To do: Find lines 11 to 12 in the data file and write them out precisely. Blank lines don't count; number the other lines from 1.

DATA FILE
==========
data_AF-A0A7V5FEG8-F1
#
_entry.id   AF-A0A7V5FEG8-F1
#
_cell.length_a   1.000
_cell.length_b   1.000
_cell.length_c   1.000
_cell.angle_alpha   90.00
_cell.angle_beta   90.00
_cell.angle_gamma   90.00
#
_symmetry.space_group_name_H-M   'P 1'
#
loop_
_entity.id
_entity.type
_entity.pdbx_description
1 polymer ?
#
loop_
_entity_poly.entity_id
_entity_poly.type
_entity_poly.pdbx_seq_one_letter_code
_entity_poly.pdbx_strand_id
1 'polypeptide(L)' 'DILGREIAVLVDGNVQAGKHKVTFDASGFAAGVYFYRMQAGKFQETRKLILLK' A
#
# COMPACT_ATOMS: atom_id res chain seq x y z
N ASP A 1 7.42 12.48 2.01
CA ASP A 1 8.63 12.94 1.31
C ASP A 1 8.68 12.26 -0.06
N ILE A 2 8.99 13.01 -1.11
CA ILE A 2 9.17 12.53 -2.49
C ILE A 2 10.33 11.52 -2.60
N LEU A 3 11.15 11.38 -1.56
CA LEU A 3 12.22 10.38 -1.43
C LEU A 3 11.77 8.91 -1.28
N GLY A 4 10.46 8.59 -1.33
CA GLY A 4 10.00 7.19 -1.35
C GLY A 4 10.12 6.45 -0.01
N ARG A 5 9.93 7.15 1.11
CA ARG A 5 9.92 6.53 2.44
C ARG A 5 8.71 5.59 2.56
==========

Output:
#
_symmetry.space_group_name_H-M   'P 1'